Amiloride Hydrochloride and Hydrochlorothiazide (Page 4 of 5)

Information for Patients

Non-melanoma Skin Cancer

Instruct patients taking hydrochlorothiazide to protect skin from the sun and undergo regular skin cancer screening.


Amiloride hydrochloride and hydrochlorothiazide is usually well tolerated and significant clinical adverse effects have been reported infrequently. The risk of hyperkalemia (serum potassium levels greater than 5.5 mEq per liter) with amiloride hydrochloride and hydrochlorothiazide is about 1% to 2% in patients without renal impairment or diabetes mellitus (see WARNINGS). Minor adverse reactions to amiloride hydrochloride have been reported relatively frequently (about 20%) but the relationship of many of the reports to amiloride hydrochloride is uncertain and the overall frequency was similar in hydrochlorothiazide treated groups. Nausea/anorexia, abdominal pain, flatulence, and mild skin rash have been reported and probably are related to amiloride. Other adverse experiences that have been reported with amiloride and hydrochlorothiazide are generally those known to be associated with diuresis, thiazide therapy, or with the underlying disease being treated. Clinical trials have not demonstrated that combining amiloride and hydrochlorothiazide increases the risk of adverse reactions over those seen with the individual components.

The adverse reactions for amiloride and hydrochlorothiazide listed in the following table have been arranged into two groups: (1) incidence greater than 1%; and (2) incidence 1% or less. The incidence for group (1) was determined from clinical studies conducted in the United States (607 patients treated with amiloride and hydrochlorothiazide). The adverse effects listed in group (2) include reports from the same clinical studies and voluntary reports since marketing. The probability of a causal relationship exists between amiloride and hydrochlorothiazide and these adverse reactions, some of which have been reported only rarely.

Incidence >1% Incidence ≤ 1%
Reactions occurring in 3% to 8% of patients treated with amiloride hydrochloride and hydrochlorothiazide. (Those reactions occurring in less than 3% of the patients are unmarked.)

Body as a Whole

Headache *


Weakness *

Chest pain


Back painSyncope



TachycardiaDigitalis toxicityOrthostatic hypotensionAngina pectoris


Nausea/anorexia *



GI bleeding

Gastrointestinal pain

GI disturbance

Abdominal pain

Appetite changesAbdominal fullnessHiccupsThirstVomitingAnorexiaFlatulence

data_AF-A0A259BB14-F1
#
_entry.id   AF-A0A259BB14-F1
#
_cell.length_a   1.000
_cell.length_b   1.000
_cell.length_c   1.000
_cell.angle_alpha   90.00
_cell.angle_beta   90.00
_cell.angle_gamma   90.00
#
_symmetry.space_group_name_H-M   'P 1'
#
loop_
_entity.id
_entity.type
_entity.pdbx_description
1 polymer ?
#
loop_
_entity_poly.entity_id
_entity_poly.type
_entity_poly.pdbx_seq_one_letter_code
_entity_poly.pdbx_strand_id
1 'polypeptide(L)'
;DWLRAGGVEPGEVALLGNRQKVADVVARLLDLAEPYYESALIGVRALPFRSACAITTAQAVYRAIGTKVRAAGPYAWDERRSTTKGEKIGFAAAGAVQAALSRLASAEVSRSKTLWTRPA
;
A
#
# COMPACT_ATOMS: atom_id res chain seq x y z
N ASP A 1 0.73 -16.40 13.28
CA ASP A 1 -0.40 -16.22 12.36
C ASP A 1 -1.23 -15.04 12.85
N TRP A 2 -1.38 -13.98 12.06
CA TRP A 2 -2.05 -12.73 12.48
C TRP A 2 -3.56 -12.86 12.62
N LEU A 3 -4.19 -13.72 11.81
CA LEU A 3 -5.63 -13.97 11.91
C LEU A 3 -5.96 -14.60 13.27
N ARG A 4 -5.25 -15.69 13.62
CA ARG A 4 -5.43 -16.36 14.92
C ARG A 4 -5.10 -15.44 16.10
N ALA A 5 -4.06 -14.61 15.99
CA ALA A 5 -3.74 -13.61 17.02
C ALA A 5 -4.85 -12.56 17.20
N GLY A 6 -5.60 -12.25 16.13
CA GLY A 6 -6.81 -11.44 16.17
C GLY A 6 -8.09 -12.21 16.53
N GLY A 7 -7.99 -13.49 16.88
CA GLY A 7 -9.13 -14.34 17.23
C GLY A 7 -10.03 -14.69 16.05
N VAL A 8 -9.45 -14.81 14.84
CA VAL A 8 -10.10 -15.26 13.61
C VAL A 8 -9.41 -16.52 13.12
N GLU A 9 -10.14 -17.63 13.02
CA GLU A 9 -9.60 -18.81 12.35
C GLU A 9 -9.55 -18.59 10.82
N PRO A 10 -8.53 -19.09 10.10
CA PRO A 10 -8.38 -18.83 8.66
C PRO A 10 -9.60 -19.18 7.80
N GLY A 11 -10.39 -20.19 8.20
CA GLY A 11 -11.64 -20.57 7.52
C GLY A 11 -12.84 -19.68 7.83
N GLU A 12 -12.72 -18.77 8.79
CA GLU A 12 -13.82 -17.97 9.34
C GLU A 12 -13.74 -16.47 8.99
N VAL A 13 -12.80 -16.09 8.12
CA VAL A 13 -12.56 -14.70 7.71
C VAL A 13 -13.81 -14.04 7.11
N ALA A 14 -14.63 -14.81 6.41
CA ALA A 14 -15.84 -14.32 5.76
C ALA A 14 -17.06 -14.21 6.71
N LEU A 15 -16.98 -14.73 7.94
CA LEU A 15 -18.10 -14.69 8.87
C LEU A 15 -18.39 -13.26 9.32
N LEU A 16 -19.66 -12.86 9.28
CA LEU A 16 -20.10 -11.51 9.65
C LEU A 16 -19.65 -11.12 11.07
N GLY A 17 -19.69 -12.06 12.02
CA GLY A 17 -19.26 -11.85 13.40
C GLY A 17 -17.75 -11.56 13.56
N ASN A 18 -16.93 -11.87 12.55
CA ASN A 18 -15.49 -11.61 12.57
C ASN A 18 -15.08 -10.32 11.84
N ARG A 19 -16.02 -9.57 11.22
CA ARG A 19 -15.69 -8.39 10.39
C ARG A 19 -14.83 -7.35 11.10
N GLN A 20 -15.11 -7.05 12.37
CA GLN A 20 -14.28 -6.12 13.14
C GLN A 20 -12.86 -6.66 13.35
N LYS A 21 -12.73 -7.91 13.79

Elevated serum


potassium levels


(> 5.5 mEq per liter)

Symptomatic hyponatremia


Leg ache

Muscle cramps/spasmJoint Pain


Dizziness *




InsomniaNervousnessDepressionSleepinessMental confusion





Rash *



DiaphoresisErythema multiforme including Stevens-Johnson SyndromeExfoliative dermatitis including toxic epidermal necrolysisAlopecia

Special Senses


Bad tasteVisual disturbanceNasal congestion



ImpotenceNocturiaDysuriaIncontinenceRenal dysfunction including renal failureGynecomastia

Other adverse reactions that have been reported with the individual components and within each category are listed in order of decreasing severity:


Body as a Whole: Painful extremities, neck/shoulder ache, fatigability;

Cardiovascular: Palpitation;

Digestive: Activation of probable preexisting peptic ulcer, abnormal liver function, jaundice, dyspepsia, heartburn;

Hematologic: Aplastic anemia, neutropenia;

Integumentary: Alopecia, itching, dry mouth;

Nervous System/Psychiatric: Encephalopathy, tremors, decreased libido;

Respiratory: Shortness of breath, cough;

Special Senses: Increased intraocular pressure, tinnitus;

Urogenital: Bladder spasms, polyuria, urinary frequency.


Digestive: Pancreatitis, jaundice (intrahepatic cholestatic jaundice), sialadenitis, cramping, gastric irritation;

Hematologic: Aplastic anemia, agranulocytosis, leukopenia, hemolytic anemia, thrombocytopenia;

Hypersensitivity: Anaphylactic reactions, necrotizing angiitis (vasculitis, cutaneous vasculitis), respiratory distress including pneumonitis and pulmonary edema, photosensitivity, fever, urticaria, purpura;

Metabolic: Electrolyte imbalance (see PRECAUTIONS), hyperglycemia, glycosuria, hyperuricemia;

Nervous System/Psychiatric: Restlessness;

Special Senses: Transient blurred vision, xanthopsia;

Urogenital: Interstitial nephritis (see WARNINGS).

Postmarketing Experience

Non-melanoma Skin Cancer

Hydrochlorothiazide is associated with an increased risk of non-melanoma skin cancer. In a study conducted in the Sentinel System, increased risk was predominantly for squamous cell carcinoma (SCC) and in white patients taking large cumulative doses. The increased risk for SCC in the overall population was approximately 1 additional case per 16,000 patients per year, and for white patients taking a cumulative dose of ≥ 50,000 mg the risk increase was approximately 1 additional SCC case for every 6,700 patients per year.

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